U.S. Department of Labor
Employment Standards Administration
Office of Labor-Management Standards
St. Louis District Office
1222 Spruce Street
Room 9 109E
St. Louis, MO 63103
(314)539-2667 Fax: (314)539-2626
December 16, 2009
Ms. Janet Kirk, Treasurer
624 S. Cottage
Independence, MO 64050
LM File Number 030-120
Case Number: |||||
Dear Ms. Kirk:
This office has recently completed an audit of Steelworkers Local 13 under the Compliance Audit Program (CAP) to determine your organization’s compliance with the provisions of the Labor-Management Reporting and Disclosure Act of 1959 (LMRDA). As discussed during the exit interview with Office Manager Jo L. Martin and you on December 5, 2008, the following problems were disclosed during the CAP. The matters listed below are not an exhaustive list of all possible problem areas since the audit conducted was limited in scope.
Title II of the LMRDA establishes certain reporting and recordkeeping requirements. Section 206 requires, among other things, that labor organizations maintain adequate records for at least five years by which each receipt and disbursement of funds, as well as all account balances, can be verified, explained, and clarified. As a general rule, labor organizations must maintain all records used or received in the course of union business.
For disbursements, this includes not only original bills, invoices, receipts, vouchers, and applicable resolutions, but also documentation showing the nature of the union business requiring the disbursement, the goods or services received, and the identity of the recipient(s) of the goods or services. In most instances, this documentation requirement can be satisfied with a sufficiently descriptive expense receipt or invoice. If an expense receipt is not sufficiently descriptive, a union officer or employee should write a note on it providing the additional information. For money it receives, the labor organization must keep at least one record showing the date, amount, purpose, and source of that money. The labor organization must also retain bank records for all accounts.
The audit of Local 13’s 2007 records revealed the following recordkeeping violations:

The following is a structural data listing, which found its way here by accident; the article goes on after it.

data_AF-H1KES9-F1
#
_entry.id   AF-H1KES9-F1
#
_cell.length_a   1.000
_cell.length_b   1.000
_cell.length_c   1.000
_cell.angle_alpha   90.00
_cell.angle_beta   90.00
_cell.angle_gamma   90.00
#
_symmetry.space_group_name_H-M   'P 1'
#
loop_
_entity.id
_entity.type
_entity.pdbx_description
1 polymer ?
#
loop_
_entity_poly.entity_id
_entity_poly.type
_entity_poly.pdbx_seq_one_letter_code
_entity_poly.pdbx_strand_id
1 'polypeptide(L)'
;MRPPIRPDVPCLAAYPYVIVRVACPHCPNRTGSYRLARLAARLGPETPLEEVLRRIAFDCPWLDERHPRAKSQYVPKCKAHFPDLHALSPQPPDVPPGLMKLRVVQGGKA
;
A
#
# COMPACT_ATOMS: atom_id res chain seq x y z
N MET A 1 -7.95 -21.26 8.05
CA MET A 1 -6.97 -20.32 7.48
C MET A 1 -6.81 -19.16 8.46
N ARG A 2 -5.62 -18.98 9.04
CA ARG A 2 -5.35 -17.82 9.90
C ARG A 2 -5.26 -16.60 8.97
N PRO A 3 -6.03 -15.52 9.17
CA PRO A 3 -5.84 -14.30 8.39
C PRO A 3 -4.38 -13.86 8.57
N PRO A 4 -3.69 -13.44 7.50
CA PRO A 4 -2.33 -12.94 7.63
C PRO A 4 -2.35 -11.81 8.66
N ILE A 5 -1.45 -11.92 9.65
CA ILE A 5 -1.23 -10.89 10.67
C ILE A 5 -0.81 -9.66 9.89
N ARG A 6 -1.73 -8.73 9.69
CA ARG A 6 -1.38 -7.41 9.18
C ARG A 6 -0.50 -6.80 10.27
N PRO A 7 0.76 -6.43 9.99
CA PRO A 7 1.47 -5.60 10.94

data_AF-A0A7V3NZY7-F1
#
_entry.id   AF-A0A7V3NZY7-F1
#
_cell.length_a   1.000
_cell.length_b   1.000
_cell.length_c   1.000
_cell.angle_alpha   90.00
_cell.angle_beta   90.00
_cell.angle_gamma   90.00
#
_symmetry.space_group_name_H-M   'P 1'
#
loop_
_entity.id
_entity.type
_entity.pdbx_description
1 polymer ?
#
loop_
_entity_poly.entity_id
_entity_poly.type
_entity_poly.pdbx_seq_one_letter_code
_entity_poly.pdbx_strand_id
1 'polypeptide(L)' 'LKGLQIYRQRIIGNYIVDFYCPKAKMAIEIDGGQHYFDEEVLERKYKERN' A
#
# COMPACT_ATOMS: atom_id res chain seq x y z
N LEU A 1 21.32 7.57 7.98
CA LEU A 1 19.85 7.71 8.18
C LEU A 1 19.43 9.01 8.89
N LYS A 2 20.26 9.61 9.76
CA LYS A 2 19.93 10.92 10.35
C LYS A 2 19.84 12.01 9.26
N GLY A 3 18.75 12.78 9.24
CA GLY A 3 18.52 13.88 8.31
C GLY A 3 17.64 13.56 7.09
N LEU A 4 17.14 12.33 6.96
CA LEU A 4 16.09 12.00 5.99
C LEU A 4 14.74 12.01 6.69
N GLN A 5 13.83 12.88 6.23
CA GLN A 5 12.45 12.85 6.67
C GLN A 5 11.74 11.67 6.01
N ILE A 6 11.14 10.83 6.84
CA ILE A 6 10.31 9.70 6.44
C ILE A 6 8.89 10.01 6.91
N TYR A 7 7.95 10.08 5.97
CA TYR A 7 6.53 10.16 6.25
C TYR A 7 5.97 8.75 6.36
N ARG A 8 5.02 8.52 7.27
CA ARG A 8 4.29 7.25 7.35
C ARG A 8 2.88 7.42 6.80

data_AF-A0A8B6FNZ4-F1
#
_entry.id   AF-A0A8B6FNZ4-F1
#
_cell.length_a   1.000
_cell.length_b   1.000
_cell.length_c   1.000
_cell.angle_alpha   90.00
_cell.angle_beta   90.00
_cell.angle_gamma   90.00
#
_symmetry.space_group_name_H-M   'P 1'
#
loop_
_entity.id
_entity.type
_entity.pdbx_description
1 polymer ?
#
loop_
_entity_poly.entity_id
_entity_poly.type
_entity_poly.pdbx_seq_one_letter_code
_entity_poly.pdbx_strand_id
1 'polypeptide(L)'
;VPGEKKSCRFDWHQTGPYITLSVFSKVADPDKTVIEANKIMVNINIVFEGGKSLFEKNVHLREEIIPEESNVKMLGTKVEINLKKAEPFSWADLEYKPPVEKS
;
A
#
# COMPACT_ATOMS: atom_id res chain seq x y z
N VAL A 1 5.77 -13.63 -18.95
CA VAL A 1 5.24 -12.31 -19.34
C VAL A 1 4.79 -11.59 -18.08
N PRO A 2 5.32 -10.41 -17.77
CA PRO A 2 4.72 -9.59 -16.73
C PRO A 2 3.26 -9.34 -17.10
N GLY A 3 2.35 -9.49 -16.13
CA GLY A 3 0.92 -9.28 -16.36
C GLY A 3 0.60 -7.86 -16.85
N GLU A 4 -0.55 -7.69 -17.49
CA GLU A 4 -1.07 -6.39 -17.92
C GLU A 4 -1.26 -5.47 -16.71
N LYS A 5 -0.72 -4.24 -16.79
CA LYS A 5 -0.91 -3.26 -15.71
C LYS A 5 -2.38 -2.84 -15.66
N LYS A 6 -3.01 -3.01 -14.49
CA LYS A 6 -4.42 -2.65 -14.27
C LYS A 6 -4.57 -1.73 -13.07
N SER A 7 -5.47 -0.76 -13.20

1. Lost Wages
Local 13 did not retain adequate documentation for lost wage reimbursement payments to union officers on 42 separate occasions. The union must maintain records in support of lost wage claims that identify each date lost wages were incurred, the number of hours lost on each date, the applicable rate of pay, and a description of the union business conducted. The OLMS audit found that Local 13’s officers did not identify the applicable rate of pay on lost wage vouchers.
2. Lack of Salary Authorization
Local 13 did not maintain records to verify that the salaries reported in Schedule 12 (Disbursements to Employees) of the LM-2 were the authorized amount and therefore were correctly reported. The union must keep a record, such as meeting minutes, to show the current salary authorized by the entity or individual in the union with the authority to establish salaries.
Based on your assurance that Local 13 will retain adequate documentation in the future, OLMS will take no further enforcement action at this time regarding the above violations.
I want to extend my personal appreciation to Steelworkers Local 13 for the cooperation and courtesy extended during this compliance audit. I strongly recommend that you make sure this letter and the compliance assistance materials provided to you are passed on to future officers. If we can provide any additional assistance, please do not hesitate to call.
cc: Diana Arends, President